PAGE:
Back to Darius for a moment. When he came rushing to check on things early in the morning, he cried out, “Daniel, servant of the living God, has your God, whom you serve continually, been able to rescue you from the lions?” (Daniel 6:26). The pagan ruler is cheering for Daniel’s God to come through. He recognized the genuineness of Daniel’s faith and though he did not believe himself, he hoped that Daniel’s God would deliver him.
Verse 23 tells us why the miracle happened. “He trusted in his God.” Nothing fancy there. For over 80 years Daniel’s faith had rested in the God of Israel. That wasn’t about to change at this late date. Daniel simply kept on trusting in God, and as a result, the Lions couldn’t touch him. Faith believes God, even when belief is unbelievable.
The end of the story comes quickly. First, the enemies who plotted against Daniel are thrown to the lions, along with their wives and children (verse 24). Then Darius offers public praise to “the God of Daniel” (verses 26-27) who is the living God who endures forever. He rescues and he saves, and he is the One who delivered Daniel from the power of the lions. What amazing words coming from the lips of a pagan king. Or perhaps he is a pagan no more. Perhaps like Nebuchadnezzar, he became a believer in the one true God. We won’t know for sure until we get to heaven, but I would not be surprised to see Darius there.
Lessons for Modern-Day Daniels
Let’s wrap up this study by considering five lessons for modern-day Daniels who find themselves facing the lions every day.
It is possible to live a pure life in the midst of a thoroughly pagan world.
Daniel’s story demonstrates that if you make up your mind (or “purpose in your heart”) to serve God, you can do it even in the very center of pagan government. There is always a way to compromise for those who want to compromise. And there is always a way to obey God for those who want to obey God.
Christians who live for God should expect opposition.
Daniel had his share of opposition and he lived a blameless life. If you set out to live for the Lord, sooner or later (probably sooner) trouble will come your way. This is part of what Jesus meant when he spoke about “taking up your cross daily” and following him. Jealous men are never far away.
God can use us to touch unlikely people when we are faithful to him.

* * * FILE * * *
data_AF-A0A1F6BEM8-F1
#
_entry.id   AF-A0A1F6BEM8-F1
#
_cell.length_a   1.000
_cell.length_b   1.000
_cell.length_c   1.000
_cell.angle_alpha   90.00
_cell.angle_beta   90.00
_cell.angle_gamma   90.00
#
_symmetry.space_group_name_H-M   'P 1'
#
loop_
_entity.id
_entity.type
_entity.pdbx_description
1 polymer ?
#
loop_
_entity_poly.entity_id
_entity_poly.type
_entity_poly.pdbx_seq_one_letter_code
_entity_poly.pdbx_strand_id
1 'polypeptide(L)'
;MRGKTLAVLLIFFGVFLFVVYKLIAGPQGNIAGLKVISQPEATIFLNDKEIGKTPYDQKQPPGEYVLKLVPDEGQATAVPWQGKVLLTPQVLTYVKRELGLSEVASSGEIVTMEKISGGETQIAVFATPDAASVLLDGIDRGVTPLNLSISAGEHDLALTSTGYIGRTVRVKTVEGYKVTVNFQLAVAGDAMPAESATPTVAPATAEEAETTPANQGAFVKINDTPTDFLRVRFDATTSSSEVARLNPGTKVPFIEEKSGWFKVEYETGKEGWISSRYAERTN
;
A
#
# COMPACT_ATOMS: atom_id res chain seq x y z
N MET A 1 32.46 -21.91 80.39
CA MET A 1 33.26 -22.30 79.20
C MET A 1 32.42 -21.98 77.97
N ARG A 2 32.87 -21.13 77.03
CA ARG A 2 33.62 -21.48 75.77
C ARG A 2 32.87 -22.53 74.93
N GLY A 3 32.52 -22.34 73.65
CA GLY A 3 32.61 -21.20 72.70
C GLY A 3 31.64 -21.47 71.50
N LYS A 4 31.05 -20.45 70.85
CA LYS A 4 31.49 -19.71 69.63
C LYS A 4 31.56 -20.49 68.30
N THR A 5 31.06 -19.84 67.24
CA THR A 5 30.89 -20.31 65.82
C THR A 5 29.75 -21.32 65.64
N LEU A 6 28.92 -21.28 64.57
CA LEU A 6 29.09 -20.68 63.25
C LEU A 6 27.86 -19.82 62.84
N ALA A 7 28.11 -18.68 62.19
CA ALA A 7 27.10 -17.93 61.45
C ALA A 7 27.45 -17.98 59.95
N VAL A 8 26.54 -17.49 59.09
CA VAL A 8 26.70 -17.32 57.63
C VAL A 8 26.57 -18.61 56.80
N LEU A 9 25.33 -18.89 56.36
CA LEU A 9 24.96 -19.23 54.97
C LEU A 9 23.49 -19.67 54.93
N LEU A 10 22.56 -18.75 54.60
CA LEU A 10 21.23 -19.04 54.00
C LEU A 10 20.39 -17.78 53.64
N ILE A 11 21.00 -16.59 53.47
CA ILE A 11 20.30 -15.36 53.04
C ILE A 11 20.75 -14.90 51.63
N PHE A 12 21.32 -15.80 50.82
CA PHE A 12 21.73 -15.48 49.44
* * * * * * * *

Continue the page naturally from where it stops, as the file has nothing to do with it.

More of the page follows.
Daniel 6 emphasizes the powerful effect that Daniel’s personal integrity had on Darius. While it is true that many of his colleagues envied Daniel and plotted to kill him, it’s also true that he made a huge impact for good on the mightiest man in the world.
We never know who is watching us or what they are looking for, but this story teaches us that not every unbeliever hates Christians. For every satrap out there planning our downfall, there is a Darius keeping an eye on us, hoping that our faith may prove to be genuine. Such people have little or no faith and deep inside, they want what we have. Even though they may never say so, they are cheering for us because they hope that what we believe will turn out to be true.
God is able to deliver his people from any danger they face.
If God can deliver Daniel from the lion’s den, he can surely deliver you. Generations of Christians have taken strength from this story because, in the end, the hero isn’t Daniel, it’s Daniel’s God. That same God is sovereign over those who plot against you. And he is sovereign over the lions who surround you. Take heart and trust in God. He can deliver you from whatever is troubling you this very moment.
God always delivers in his own time and in his own way.
This is the necessary balance. Does God always deliver his people? Yes, indeed, but not always in the way we expect. Not all our prayers are answered in the way we pray them. And in the end, we must confess that it is good that God has veto power over our fervent petitions. Sometimes God overrules because he sees the bigger picture and knows that he can glorify himself in some way other than by delivering us from a difficult situation. This story ought to be a great encouragement to us because from it we learn that God can and sometimes does deliver in amazing and miraculous ways. Therefore, let us pray with confidence to a God who can stop the mouths of any lions we may face. And if God should choose to answer in some other way, we may rest secure that God makes no mistakes and (as King Nebuchadnezzar learned the hard way) “everything he does is right” (Daniel 4:37).